If you think Cape Portland is remote, Swan Island is even more so. Off Cape Portland opposite Musselroe Ray, the island is a nature reserve with deserted pristine beaches and clear blue waters. If you like to swim, snorkel, fish, walk, watch seabirds and visit penguin and shearwater rookeries away from the rest of the world, this is the place to do it. Limited accommodation is available at the lighthouse keeper's cottage.

Mount William National Park
Mount William National Park is an isolated wilderness area fringed with gorgeous bays stretching from Ansons River to Musselroe Bay. The landscape is one of rolling hills, rugged headlands and pristine white-sand beaches, some strewn with pink-granite boulders, while in the north a string of marshy lagoons sits behind windswept coastal dunes.

From its long, lonely beaches to its teeming wildlife; from its unique history to its abundant plant life, Mt William National Park is a place of constant fascination. Nestled in the far north-east corner of the State, the park is an important area for the conservation of Tasmania's coastal heathlands and dry sclerophyll plants. Whether you fish or swim; watch birds or wander by the sea, there's always something more to see in this beautiful national park.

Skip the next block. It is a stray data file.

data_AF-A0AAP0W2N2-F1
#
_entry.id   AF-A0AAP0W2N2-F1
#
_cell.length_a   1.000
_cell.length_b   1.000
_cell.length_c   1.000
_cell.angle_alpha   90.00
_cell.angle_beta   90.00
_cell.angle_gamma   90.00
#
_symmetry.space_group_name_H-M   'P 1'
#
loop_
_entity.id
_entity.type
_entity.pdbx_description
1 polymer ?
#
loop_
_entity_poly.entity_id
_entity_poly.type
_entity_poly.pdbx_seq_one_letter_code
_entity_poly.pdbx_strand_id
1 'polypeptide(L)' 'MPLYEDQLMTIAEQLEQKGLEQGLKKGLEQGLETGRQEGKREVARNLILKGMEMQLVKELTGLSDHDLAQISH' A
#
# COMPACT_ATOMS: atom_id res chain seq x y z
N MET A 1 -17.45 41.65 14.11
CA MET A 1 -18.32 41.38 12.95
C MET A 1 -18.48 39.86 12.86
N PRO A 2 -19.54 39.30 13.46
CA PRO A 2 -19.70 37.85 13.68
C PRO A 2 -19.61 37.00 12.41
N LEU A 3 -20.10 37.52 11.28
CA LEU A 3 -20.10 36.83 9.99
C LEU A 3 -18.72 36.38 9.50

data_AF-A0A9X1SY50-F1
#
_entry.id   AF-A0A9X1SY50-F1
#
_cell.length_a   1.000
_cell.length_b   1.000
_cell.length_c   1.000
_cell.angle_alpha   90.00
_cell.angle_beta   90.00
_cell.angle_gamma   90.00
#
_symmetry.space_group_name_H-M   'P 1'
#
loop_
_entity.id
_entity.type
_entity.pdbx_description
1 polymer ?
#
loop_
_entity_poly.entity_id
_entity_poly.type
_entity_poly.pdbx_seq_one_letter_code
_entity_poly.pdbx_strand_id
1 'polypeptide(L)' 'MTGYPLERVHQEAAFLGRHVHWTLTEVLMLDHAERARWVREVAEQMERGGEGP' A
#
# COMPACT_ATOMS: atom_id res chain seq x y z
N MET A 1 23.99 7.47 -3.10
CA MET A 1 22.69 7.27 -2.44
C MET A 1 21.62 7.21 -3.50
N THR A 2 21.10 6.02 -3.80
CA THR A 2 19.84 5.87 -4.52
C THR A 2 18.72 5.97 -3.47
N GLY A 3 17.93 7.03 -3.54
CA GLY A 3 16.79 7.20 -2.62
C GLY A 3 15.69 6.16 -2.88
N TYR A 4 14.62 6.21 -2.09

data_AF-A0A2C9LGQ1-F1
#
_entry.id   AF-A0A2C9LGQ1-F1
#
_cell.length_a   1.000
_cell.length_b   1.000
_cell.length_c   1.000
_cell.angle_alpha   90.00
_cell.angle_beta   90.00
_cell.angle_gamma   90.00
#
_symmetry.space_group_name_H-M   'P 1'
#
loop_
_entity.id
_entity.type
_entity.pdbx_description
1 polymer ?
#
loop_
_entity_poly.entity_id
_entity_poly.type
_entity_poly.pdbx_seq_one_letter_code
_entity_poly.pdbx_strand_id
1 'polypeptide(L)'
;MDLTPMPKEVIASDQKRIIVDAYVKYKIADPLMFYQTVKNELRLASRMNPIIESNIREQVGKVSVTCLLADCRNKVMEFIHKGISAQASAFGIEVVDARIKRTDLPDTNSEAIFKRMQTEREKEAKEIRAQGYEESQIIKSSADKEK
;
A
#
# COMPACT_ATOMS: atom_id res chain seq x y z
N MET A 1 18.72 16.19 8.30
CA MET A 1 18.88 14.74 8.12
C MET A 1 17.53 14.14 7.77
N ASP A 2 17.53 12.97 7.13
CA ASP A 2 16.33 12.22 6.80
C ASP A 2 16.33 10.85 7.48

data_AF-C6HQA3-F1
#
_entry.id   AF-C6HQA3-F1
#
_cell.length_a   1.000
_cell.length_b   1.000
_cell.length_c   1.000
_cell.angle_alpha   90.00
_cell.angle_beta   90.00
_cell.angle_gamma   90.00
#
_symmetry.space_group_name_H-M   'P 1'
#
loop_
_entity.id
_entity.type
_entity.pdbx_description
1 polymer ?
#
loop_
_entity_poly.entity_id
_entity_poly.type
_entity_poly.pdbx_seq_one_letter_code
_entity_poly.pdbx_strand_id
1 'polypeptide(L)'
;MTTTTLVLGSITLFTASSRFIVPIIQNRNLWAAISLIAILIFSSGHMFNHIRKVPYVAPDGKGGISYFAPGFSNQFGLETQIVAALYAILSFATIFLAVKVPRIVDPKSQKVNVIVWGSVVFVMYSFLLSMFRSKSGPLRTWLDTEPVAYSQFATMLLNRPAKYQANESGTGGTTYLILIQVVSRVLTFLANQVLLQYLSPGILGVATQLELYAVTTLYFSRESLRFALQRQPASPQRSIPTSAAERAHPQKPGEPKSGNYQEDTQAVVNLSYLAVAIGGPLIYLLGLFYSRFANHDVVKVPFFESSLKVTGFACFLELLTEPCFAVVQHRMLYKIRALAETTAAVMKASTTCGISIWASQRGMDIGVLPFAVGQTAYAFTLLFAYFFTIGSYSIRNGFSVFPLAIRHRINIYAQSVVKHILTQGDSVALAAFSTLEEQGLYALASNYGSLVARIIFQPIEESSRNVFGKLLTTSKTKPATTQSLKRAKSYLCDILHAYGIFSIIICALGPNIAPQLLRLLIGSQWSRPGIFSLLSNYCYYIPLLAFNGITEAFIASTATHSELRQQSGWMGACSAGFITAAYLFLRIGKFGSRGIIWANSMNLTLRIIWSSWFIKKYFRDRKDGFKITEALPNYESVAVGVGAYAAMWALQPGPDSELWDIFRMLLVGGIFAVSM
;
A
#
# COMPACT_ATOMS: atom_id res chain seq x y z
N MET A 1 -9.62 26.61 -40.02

Mt. William National Park has an amazing diversity of animals. It is an important sanctuary for the Forester (or eastern grey) kangaroo (now restricted to several properties in the Midlands and north-east of the State), wombats, Bennetts wallabies and Tasmanian pademelons are also common. They are usually best seen in the early morning or around sunset. Another common animal is the echidna. It can often be found during the day, particularly in the summer months, foraging for ants. Brush-tailed possums and Tasmanian devils are common in the Park, but being nocturnal are not readily seen during the day.